But she didn’t. She smiled at me again, gave the slightest wave, and jumped. As she began to fall her dress floated around her thighs.

I lunged forward with arms outstretched, as if to catch a child.

A sickening snap sounded, like a flag blowing in a stiff breeze, only lower and dull. The woman in the carriage screamed. Amanda Sorenson hung between the two balconies; what I thought was a choker around her neck was actually a rope. An acid feeling rushed through me. The pounding in my ears moved to my brain and pressed against my skull. The sound I had heard was the rope snapping taut.

She made a grim spectacle in the light from a nearby lamp. Her feet quivered a few seconds and were still. Those pretty white arms hung to the side. Her blond hair covered her face. Inanely, I wondered if her toenails were painted the same azure color as her dress and shoes and fingernails.

 

This excerpt is from Chapter Two of A Fateful Greed.

 

Joe Robbins, an amateur detective with mixed emotions, is the hero of three novels: A Fateful Greed, A Just Rage, and A Siren’s Love.

Evolution of a book cover: Joe Robbins in a Fateful Greed

When I started writing Hill Country Greed, I had no idea of the marketing imperative of securing a great cover. I didn’t know anything. I was too busy learning how to write an entertaining story to worry about marketing. But after I had invested five hundred hours in the story and was ready to share it with friends and family, I wanted a visual image to accompany the manuscript.

The first book cover, inspired by the prologue

The first book cover, inspired by the prologue

The working title was We Happy Few, a snippet of Shakespeare that appears several times in the novel.

My vision for the first cover was inspired by the nightmare described in the prologue. I sketched that vision with pencil on pad and asked my daughter Alex to turn it into a full-color image. Alex produced this cover in about an hour, and it was distributed to eight beta readers.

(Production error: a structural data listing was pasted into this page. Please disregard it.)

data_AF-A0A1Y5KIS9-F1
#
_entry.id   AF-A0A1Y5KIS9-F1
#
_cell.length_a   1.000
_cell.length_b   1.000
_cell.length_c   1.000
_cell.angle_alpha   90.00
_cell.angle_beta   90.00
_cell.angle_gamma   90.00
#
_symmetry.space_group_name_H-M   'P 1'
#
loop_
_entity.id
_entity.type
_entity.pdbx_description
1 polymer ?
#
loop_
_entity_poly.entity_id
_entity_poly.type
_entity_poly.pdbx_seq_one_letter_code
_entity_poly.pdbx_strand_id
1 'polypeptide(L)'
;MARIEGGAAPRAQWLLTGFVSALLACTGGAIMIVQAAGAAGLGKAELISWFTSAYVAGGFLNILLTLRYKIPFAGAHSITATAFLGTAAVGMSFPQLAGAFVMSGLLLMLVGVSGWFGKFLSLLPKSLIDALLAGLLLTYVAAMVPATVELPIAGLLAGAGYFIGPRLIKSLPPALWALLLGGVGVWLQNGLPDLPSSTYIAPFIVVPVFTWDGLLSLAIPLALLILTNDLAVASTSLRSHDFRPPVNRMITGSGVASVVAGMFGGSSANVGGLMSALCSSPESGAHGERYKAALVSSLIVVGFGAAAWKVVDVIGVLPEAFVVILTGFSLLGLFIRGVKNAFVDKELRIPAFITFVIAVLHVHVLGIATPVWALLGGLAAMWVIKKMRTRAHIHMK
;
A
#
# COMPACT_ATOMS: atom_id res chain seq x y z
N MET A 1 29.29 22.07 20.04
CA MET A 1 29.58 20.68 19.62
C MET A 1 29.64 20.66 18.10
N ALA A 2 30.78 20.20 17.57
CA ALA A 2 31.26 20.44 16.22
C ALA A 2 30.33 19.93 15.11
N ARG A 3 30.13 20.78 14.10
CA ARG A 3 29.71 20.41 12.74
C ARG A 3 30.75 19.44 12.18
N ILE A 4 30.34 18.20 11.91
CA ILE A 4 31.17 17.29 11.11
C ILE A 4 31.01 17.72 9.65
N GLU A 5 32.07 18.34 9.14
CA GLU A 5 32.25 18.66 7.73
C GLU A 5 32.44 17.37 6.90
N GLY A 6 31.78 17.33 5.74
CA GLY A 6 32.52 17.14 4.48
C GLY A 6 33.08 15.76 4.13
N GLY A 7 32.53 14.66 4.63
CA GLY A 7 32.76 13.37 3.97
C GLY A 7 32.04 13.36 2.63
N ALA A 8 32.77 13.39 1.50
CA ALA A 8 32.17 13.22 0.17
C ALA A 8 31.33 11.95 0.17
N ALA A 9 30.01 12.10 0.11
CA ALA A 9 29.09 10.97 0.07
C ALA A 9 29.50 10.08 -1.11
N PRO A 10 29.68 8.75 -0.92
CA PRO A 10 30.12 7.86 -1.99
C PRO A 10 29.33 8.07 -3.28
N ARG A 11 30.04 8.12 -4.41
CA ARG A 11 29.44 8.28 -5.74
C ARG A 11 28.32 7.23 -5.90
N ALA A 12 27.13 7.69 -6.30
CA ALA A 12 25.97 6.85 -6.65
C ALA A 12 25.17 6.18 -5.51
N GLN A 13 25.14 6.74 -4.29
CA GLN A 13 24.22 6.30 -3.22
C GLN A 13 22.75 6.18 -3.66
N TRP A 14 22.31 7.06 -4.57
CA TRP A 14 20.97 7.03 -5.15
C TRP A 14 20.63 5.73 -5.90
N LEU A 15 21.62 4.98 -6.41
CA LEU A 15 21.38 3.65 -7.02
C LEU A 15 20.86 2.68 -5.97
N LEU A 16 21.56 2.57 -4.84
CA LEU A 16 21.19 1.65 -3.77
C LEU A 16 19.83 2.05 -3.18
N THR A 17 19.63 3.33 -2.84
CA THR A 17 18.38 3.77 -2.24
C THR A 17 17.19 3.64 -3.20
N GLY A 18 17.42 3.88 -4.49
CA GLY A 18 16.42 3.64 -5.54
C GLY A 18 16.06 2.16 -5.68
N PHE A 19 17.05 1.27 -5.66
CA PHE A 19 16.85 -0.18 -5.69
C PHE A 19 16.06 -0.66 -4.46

My beta readers encouraged me to keep writing, and I invested more hours in polishing the manuscript. I also began to research marketing a self-published book and learned of the importance of a compelling book cover.

A dramatic scene at the Driskill Hotel

A dramatic scene at the Driskill Hotel

I had heard from several readers that the dramatic Driskill Hotel scene was the hook that compelled them to read the entire book. Hoping to capitalize on that sentiment, I hired a professional cover designer and asked him to create an image of that scene.

By that time, my working title had changed to Beware the Brass Ring.

I found too ghoulish for my story. My beta readers felt the same way.

Over the course of writing the book I took several day trips around Austin to do scene research.

Climatic scene occurs at bluff overlooking the Pennybacker Bridge

Climatic scene occurs at bluff overlooking the Pennybacker Bridge

On one of those trips I took several photos from the Overlook above the Pennybacker Bridge. That location is important to the story, and I thought the view might make a good cover. For the second time I asked Alex to help. The title had changed again and was now: Hill Country Greed: An Austin, Texas Mystery.

I really like this cover.  Alex did a fantastic job; she created the clouds and changed the hue just enough to give the cover a suspenseful look.

Meanwhile, I continued to research book covers and learned about the importance of visibility of the title on the Thumbnail-sized photos that are shown on retail websites. The title was too small on the third cover, and I couldn’t envision how to make it bigger with the bridge as the central focus.

Final cover photo is from the Overlook

Final cover photo is from the Overlook

So I hired a second professional designer–Jason Alexander of Expert Subjects, LLC. To begin, I gave Jason several photos I had taken from the Overlook. The next day he gave me three different cover concepts to consider, including what would become the final cover. At first, I found the different font sizes of the words in the title and the bubble-effect of the letters strange, but they grew on me day by day. The first edition of Hill Country Greed was published with this cover.

 

 

 

One year later, a marketing expert told me this cover was not suitable for a mystery. He thought it looked more like a non-fiction book, so I hired a new designer and republished the book in late 2016 with a new cover.HC Greed ebook final v4 1.8MB

 

Finally, in 2017, I rewrote the entire Joe Robbins series, with new titles and new covers. Here is the cover for A Fateful Greed.AFatefulGreed_eBcov_FINAL

 

 

A Fateful Greed is available on Amazon.